The Douro Valley is one of Portugal’s most iconic destinations - and for good reason. It's incredibly steep hills are lined with terraced vineyards as far as the eye can see that plunge down to the quiet Douro river. There are no major highways around the river, but rather small winding roads that snake through small vineyards and villages leading you either up river to Spain or down river to the city of Porto. Terraced olive and peach orchards are scattered among the vineyards. Quintas - Portuguese wine producing estates - are dotted across the steep terrain - their sheer quantity makes it clear that port and wine production are king and queen in the Douro.
When to Visit
The Douro Valley has hot dry summers and relatively* cold winters (*note, I am a Californian!). July through August temperatures range from the 80s - low 100s while January averages in the 40s and 50s. While the spring and fall are the most temperate times to visit - you may want to let the vines decide for you …
April through July the buds will break open and fill the hills with a beautiful green. In September you can experience the buzz of harvest - incredible in this terraced region that shies away from industrial production and uses old school techniques like food stomping. If traveling by car you will definitely be delayed in transit due to tractor traffic! October through November you will experience a golden Douro as the grape leaves change color. While the cold weather and barren vines may deter some travelers in December through March, it is also a great time to visit as you can experience the pruning of the vines and the benefit from the steep drop off in tourism … note, hotel deals to be had!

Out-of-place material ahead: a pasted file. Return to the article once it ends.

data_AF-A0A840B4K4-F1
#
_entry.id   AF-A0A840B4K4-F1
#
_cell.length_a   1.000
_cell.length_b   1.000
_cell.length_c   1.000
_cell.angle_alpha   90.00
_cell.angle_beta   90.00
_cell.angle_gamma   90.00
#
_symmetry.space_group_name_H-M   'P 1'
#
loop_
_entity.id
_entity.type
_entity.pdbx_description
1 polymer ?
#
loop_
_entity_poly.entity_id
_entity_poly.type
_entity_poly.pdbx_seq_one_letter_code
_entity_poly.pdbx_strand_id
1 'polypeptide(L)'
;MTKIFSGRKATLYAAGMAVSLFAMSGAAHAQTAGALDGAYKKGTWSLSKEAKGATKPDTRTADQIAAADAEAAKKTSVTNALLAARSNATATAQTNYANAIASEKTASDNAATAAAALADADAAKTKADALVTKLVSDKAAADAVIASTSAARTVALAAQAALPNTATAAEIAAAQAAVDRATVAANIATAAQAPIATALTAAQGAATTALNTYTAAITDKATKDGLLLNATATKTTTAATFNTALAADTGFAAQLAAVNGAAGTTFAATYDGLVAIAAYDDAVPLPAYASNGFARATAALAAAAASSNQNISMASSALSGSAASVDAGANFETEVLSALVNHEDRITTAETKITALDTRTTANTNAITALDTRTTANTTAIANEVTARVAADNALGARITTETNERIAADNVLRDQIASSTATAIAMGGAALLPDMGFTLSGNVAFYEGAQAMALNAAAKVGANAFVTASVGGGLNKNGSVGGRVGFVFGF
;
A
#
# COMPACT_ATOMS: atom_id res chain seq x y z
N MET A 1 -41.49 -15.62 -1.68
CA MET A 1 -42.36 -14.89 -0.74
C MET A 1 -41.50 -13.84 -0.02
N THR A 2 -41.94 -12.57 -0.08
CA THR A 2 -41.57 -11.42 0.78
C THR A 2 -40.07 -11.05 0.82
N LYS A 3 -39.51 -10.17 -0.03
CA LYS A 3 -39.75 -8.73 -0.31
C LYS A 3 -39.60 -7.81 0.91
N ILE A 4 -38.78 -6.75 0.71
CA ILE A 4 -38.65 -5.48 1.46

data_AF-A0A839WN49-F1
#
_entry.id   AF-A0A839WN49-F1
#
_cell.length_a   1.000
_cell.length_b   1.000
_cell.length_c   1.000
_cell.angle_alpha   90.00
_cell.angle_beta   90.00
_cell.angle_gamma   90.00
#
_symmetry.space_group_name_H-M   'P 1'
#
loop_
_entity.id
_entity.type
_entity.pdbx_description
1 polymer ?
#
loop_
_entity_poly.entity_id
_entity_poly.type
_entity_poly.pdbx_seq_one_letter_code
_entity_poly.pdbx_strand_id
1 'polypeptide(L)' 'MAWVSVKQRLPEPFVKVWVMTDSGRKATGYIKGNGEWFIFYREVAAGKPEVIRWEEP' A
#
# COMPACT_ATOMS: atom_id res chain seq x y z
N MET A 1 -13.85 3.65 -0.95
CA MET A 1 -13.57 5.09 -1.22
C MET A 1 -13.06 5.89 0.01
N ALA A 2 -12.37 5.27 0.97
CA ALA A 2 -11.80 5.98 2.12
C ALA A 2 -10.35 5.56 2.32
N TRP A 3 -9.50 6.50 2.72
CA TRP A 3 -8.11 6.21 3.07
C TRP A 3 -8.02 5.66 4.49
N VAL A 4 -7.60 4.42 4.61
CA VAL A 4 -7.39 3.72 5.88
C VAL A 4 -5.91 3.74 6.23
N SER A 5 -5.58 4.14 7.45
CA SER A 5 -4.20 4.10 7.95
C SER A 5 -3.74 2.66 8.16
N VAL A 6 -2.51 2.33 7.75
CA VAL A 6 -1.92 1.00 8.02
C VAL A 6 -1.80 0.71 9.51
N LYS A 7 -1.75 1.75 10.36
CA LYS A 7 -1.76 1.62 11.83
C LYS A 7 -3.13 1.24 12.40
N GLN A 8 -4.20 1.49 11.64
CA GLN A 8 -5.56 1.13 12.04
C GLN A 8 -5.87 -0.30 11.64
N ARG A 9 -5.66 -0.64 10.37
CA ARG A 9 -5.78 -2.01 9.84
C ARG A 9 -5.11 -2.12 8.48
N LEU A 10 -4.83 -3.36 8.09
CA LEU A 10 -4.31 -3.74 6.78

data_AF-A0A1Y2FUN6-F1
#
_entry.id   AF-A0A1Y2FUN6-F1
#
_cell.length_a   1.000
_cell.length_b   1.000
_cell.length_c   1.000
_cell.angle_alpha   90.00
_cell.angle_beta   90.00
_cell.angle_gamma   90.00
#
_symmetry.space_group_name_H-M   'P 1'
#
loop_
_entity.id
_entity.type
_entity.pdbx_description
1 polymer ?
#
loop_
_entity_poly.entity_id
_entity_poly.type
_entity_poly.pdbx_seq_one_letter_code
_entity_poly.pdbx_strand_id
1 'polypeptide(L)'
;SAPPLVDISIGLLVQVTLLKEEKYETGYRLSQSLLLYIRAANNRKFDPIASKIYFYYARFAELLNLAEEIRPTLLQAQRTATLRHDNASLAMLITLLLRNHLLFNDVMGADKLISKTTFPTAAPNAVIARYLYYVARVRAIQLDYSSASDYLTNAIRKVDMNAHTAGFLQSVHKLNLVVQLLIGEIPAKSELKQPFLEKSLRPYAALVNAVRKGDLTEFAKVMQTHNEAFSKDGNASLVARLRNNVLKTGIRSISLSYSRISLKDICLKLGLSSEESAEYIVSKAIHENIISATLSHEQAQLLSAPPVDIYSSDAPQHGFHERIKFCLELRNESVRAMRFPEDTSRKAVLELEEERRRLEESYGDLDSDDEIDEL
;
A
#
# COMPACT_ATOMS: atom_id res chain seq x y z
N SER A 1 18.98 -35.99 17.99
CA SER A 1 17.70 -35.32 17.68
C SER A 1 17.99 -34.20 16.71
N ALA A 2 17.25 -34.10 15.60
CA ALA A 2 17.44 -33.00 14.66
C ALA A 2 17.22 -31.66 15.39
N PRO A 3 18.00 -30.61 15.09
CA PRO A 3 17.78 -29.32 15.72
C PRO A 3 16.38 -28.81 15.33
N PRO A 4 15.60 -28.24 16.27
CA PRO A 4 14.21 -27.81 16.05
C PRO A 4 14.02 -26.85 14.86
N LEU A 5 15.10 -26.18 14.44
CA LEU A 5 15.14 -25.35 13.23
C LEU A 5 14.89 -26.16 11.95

If you are interested in visiting wineries and small off the beaten path towns I would suggest renting a car in Porto and driving to the Douro. The ride is under two hours and will give you the flexibility to traverse the three diverse wine regions of the Douro valley and explore some of its hidden gems (blog post to come!). A word to the wise - roads are windy and difficult.
Those looking for a more relaxed ride can take the train from Porto which snakes next to the river and provides an absolutely gorgeous journey. Stops are frequent and there are some smaller towns and villages you can visit and stay in with easy train access. And for the ultimate chill experience one could take the boat ride up river from Porto. Ubers and taxis can also be called from any hotel.
Stay posted for the next post detailing Douro towns to visit as well as restaurants and hotels! - Rachel